Both True — My Crystal Ball Returns

In early 2019, I spit-shined my crystal ball and then wrote what seemed like a bunch of crazy stuff born from desperation. My desperation was prompted by the realization that nothing we in oil and gas were doing was working to win over hearts and minds to the importance of oil and gas. So I began to look for ways to break the they-oppose/we-educate-them/they-just-oppose-us-more cycle. Of course, I turned to data to look for trends, as we scientists and engineers in the oil and gas industry love to do.

Today we look at some of the biggest trends for our sector that I’ve predicted since 2019, what has happened, and what it all means for your game-changing leadership strategy in 2021.

Both of these things are true:

  • The world needs oil and gas more than ever before.
  • There is growing opposition to oil and gas that we cannot ignore.

The situation:

Believe it or not, I found each of the following predictions terrifying to make. But not only has each trend I foresaw played out — each has continued to accelerate and widen across the industry. Game-changing leaders understand these dynamics — and will be working to get ahead of them in 2021.

  • You will soon be facing investor pressure.
    • The original prediction. In May 2019, I advised you to start watching investor pressure. By October 2019, I predicted that investors would be coming in hot with climate expectations of your company. That was risk, and several of you told me I needed to get out of Boulder and get a more balanced perspective! Today it is a given that oil and gas companies must have a proactive climate and decarbonization strategy to articulate to their investors.
    • For 2021. This expectation continues. Earlier this month, the $226B New York State pension fund – the third largest pension fund in the U.S – brought this message home, saying they will actively assess the climate plans of fossil fuel companies and divest those least prepared to address climate. The state’s announced plan is the result of negotiations with climate activists (see next bullet for more on activists!). Notably, the plan does not call for divesting from fossil fuels entirely, but instead “forces energy companies to drastically change their businesses or face divestment.” (As reported in the New York Times.)
  • You will regret a slow ESG strategy.
    • The original prediction. In May of 2019, I foreshadowed that the cost of capital would increase for those sluggish in their embrace of a proactive ESG strategy. Throughout 2020, I’ve been covering BlackRock’s climate-forward shift.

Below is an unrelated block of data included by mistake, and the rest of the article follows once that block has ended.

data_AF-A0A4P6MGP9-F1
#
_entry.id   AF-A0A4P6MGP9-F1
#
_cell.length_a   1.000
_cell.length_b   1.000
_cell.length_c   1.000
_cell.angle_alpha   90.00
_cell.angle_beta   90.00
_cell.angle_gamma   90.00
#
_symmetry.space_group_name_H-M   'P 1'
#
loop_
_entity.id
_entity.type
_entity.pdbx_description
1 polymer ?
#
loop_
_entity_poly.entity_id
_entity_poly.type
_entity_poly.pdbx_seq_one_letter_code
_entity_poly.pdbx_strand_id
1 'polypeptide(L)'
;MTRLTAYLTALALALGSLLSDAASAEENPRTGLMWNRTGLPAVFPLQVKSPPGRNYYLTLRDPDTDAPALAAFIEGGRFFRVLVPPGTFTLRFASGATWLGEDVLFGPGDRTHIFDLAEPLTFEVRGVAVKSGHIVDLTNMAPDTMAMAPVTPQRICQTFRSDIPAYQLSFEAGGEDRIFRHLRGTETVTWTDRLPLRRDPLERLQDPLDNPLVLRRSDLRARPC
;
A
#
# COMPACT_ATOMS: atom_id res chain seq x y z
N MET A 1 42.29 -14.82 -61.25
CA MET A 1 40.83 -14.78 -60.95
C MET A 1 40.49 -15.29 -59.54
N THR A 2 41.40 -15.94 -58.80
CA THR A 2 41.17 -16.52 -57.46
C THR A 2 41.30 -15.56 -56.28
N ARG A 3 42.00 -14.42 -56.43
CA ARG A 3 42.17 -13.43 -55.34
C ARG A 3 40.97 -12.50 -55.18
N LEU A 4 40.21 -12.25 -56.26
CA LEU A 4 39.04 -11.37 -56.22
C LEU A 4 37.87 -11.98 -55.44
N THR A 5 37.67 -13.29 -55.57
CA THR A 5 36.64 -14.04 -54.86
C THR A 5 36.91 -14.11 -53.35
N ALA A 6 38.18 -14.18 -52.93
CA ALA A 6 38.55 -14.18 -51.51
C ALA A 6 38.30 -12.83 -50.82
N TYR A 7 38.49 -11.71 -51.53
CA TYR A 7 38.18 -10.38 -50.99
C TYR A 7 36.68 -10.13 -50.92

• For 2021. In early December, BlackRock released their 2021 stewardship expectations. It lays out “the shift we expect to see by companies to align their underlying business models with the goal of limiting global warming to well below 2 degrees Celsius and reaching net zero greenhouse gas emissions globally by 2050.” That chicken has definitely come home to roost.
  • It is time to “share aspirations.”
    • The original prediction. In the very first edition of Both True in May 2019, the scariest thing I wrote was the recommendation that oil and gas companies must share the aspirations of the public for a decarbonizing energy future. It felt terrifying. But it was the only path I could chart out of the opposition-education-more-opposition cycle. In July 2019, I advised North American companies to watch the international majors, foreshadowing that their commitments on carbon would translate into pressure on every oil and gas company. We have since seen a stream of ever-increasing commitments and expectations.
    • For 2021. These concerns were all given fresh urgency when last week, a brand new activist investor organization, Engine No.1, targeted Exxon Mobil. Their letter is worth reading. Engine No. 1 seeks to replace four board directors with their own hand-picked candidates as part of its pressure on the company leading into the changing energy future.
  • You will want to hold two opposing ideas at the same time.
    • The original prediction: Nearly every single email I’ve written to you over the last two years has been built around this theme: the ability to hold two contradictory yet equally true ideas about what’s happening around oil and gas will be fundamental to your leadership success going forward.
    • For 2021. Just last week, Brené Brown interviewed President Obama for her Daring to Lead podcast. Imagine my delight when their conversation kicked off with this quote, “There is a belief that people who can hold the discomfort of paradox are truly the most transformative leaders among us, and it is a very rare skillset because it requires a level of comfort with ambiguity.” In fact, both of these ideas can be true resounded through the conversation. And my crystal ball says it will continue to resound throughout 2021.

Seize the day:

This look back has reinforced in me the importance of courage. As I take some down time over the holidays, I am going to ask myself which emerging trends and tough truths must be faced in 2021 — whether I like it or not. Only game-changing oil and gas trailblazers can transform the oppose-educate-oppose cycle into a new paradigm of energy leadership.

It’s our move.

Reply and tell me your courageous plan for changing the game in 2021.

More Articles

The Undervalued Magnificence of the Middle Manager

Middle managers play a vital role in every company, but leaders who are building and executing their 10-year real decarbonization strategies need middle managers more fit and focused than ever before.

Tisha Schuller Returns to C.O.B. Tuesday

Tisha Schuller was invited back on the C.O.B. Tuesday podcast to discuss her new book, Real Decarbonization: How Oil and Gas Companies Are Seizing the Low-Carbon Future.